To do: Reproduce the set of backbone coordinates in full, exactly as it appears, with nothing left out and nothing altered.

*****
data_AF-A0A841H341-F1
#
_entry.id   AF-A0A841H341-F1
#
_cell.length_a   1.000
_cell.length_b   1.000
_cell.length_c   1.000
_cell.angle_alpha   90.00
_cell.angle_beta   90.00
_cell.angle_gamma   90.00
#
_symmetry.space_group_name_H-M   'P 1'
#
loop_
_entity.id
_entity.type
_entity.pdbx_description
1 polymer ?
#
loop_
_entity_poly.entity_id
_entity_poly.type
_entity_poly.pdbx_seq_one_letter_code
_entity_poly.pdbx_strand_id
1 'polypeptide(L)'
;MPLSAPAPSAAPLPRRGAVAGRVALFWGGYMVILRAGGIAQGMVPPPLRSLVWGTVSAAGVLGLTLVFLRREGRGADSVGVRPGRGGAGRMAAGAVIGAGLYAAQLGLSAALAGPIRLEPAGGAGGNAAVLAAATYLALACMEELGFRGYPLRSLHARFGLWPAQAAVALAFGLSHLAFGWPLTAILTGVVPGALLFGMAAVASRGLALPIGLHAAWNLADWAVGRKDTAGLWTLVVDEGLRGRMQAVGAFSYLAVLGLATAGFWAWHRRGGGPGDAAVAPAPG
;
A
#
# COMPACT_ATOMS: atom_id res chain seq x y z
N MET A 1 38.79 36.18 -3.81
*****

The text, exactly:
data_AF-A0A841H341-F1
#
_entry.id   AF-A0A841H341-F1
#
_cell.length_a   1.000
_cell.length_b   1.000
_cell.length_c   1.000
_cell.angle_alpha   90.00
_cell.angle_beta   90.00
_cell.angle_gamma   90.00
#
_symmetry.space_group_name_H-M   'P 1'
#
loop_
_entity.id
_entity.type
_entity.pdbx_description
1 polymer ?
#
loop_
_entity_poly.entity_id
_entity_poly.type
_entity_poly.pdbx_seq_one_letter_code
_entity_poly.pdbx_strand_id
1 'polypeptide(L)'
;MPLSAPAPSAAPLPRRGAVAGRVALFWGGYMVILRAGGIAQGMVPPPLRSLVWGTVSAAGVLGLTLVFLRREGRGADSVGVRPGRGGAGRMAAGAVIGAGLYAAQLGLSAALAGPIRLEPAGGAGGNAAVLAAATYLALACMEELGFRGYPLRSLHARFGLWPAQAAVALAFGLSHLAFGWPLTAILTGVVPGALLFGMAAVASRGLALPIGLHAAWNLADWAVGRKDTAGLWTLVVDEGLRGRMQAVGAFSYLAVLGLATAGFWAWHRRGGGPGDAAVAPAPG
;
A
#
# COMPACT_ATOMS: atom_id res chain seq x y z
N MET A 1 38.79 36.18 -3.81